With Liverpool’s Europa League fate now sealed for next year, where exactly do fans’ expectations lie ahead of a new and uncertain season?
HEADING into the final weekend; there are reminders that the past is never too far behind.
I’ve been researching Liverpool 0 Southampton 0 for Lost Tapes. Played at Anfield on May 7 2017, the draw left us third with five points on Manchester United having played a game more.
The game’s most notable moment was James Milner’s missed penalty in the 66th minute, after Fraser Forster acted the bollocks in front of The Kop.
Anxiety rippled through the stadium and in the pubs after. Liverpool had West Ham away and Middlesbrough at home to navigate if they were to finish fourth and play Champions League football for the first time since 2014.
After a season out of Europe and with Jürgen Klopp gathering momentum, it felt needed.
Chelsea won the league on 93 points this season. None of Liverpool’s business. Antonio Conte’s air of competence and Pep Guardiola bouncing around in third place making it seem entirely like another time period.
We blitzed West Ham and eased past Middlesbrough to finish 17 points off top in fourth on 76 with no other trophy hope. We were ecstatic.
Point disparity is now back en vogue. it’s resurfaced as a Premier League hot topic now the masses have stopped closing their eyes and covering their ears just so long as someone, anyone is beating Liverpool to titles.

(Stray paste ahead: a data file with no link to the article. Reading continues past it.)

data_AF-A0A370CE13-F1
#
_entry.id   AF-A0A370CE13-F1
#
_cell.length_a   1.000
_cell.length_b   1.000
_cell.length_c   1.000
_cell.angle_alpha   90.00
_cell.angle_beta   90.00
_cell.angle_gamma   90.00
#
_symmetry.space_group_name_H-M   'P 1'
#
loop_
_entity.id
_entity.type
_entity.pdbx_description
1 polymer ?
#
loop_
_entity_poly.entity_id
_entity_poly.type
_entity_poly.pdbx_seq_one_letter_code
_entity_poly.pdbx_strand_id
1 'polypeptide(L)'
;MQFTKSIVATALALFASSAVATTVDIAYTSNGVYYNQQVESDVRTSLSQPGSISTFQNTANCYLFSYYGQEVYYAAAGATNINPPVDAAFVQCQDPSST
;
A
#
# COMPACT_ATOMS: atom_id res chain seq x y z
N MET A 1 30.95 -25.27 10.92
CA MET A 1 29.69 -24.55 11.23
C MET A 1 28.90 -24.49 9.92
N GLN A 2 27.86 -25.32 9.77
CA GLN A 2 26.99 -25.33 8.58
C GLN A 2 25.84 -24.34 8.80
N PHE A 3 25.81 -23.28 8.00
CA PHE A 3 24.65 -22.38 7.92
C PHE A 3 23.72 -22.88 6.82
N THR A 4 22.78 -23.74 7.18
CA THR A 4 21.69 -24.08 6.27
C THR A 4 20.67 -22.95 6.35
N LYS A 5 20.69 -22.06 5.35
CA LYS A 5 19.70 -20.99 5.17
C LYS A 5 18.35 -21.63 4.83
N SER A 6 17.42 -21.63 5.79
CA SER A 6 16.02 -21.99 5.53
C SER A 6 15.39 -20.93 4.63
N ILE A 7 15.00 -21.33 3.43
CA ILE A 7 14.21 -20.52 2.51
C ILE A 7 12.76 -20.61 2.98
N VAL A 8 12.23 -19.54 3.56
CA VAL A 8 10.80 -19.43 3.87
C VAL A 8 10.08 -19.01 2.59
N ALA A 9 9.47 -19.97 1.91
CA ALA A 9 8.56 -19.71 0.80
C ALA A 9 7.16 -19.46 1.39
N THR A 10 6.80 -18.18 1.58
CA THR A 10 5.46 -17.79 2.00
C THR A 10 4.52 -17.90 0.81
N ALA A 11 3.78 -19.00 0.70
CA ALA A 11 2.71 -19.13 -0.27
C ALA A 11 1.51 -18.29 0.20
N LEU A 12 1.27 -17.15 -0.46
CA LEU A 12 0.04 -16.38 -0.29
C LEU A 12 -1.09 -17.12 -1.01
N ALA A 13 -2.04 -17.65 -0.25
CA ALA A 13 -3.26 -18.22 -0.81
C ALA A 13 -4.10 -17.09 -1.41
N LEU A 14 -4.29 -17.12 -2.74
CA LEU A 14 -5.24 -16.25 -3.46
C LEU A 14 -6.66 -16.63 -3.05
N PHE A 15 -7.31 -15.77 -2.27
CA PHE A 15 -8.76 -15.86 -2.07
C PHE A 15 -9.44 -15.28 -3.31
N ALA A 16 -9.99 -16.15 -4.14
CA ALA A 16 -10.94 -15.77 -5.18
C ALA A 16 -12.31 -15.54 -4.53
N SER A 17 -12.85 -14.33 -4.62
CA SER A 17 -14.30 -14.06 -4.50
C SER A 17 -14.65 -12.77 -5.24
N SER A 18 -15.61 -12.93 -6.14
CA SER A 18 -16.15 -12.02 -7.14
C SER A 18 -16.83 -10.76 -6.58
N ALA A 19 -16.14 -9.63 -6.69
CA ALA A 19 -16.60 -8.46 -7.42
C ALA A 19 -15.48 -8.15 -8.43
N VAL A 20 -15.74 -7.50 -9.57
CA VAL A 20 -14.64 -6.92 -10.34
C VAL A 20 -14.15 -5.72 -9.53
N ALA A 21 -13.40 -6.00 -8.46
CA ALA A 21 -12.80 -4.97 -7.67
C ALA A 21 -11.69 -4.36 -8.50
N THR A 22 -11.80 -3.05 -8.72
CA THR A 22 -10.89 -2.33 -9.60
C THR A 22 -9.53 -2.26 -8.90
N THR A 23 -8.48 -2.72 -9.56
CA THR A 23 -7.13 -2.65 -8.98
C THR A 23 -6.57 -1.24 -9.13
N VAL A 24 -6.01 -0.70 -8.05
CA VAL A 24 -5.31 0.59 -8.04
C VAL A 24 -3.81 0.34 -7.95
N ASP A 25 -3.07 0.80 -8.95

But it’s important across the league. Since the 2016-17 season, on average, it’s taken 71 points to finish fourth and 36 to finish 17th. That’s a 35-point swing over 13 places. The average Premier League-winning tally has been about 95 points. That’s a 24-point swing from fourth to first.
Liverpool ran at world-record pace for three-out-of-four seasons to create any semblance of competition to Manchester City before they physically and mentally burnt out. And that’s truly what transpired in 2022-23.
They didn’t fail solely by not signing enough midfielders, not having a Sadio Mane plan or by their pre-season preparations – although all of these factors played a supporting role.
So now, naturally, we’re left with questions. There’s the obvious one around the type of player Liverpool can compete for, given their Europa League qualification. We’ve seen with Mason Mount this week that it is already becoming an issue.
There’s also where we, the supporters, place our bar heading into next season.
Klopp came out swinging in today’s press conference – talking about the reassurance of the bond he felt between stands and pitch after the emotional farewells of Liverpool’s departing players.
He talked about giving next season “a proper go”, a true Jürgen-ism. Yet, for the first time, we don’t know where exactly to apportion our own expectations.
Are we too old in the tooth now to simply look up, aspire and enjoy the ride? Can we take ourselves back to that afternoon against Middlesbrough where we felt that tingle of opportunity mixed with mysticism?
Arsenal won’t break 90 points this season. For all their romance and bluster, the most they can muster is 84. It’s a reminder of how hard it is to hit those strides. It demands and takes and often, as we’ve found, there’s little to no give.
Perhaps it would be wise to simply ignore City for a bit. Let them be other people’s problems. Let someone else bang the accountability door we’ve been knocking down for years.
It’s time to refocus on Liverpool. On Anfield and Klopp. It’s time to fall in love with a new team that hopefully shows the same desire to run and fight for everything.
Last Saturday was a profound ending, next season a beginning into the unknown. Nothing is a given, nothing should be expected.
These have our points. Into them.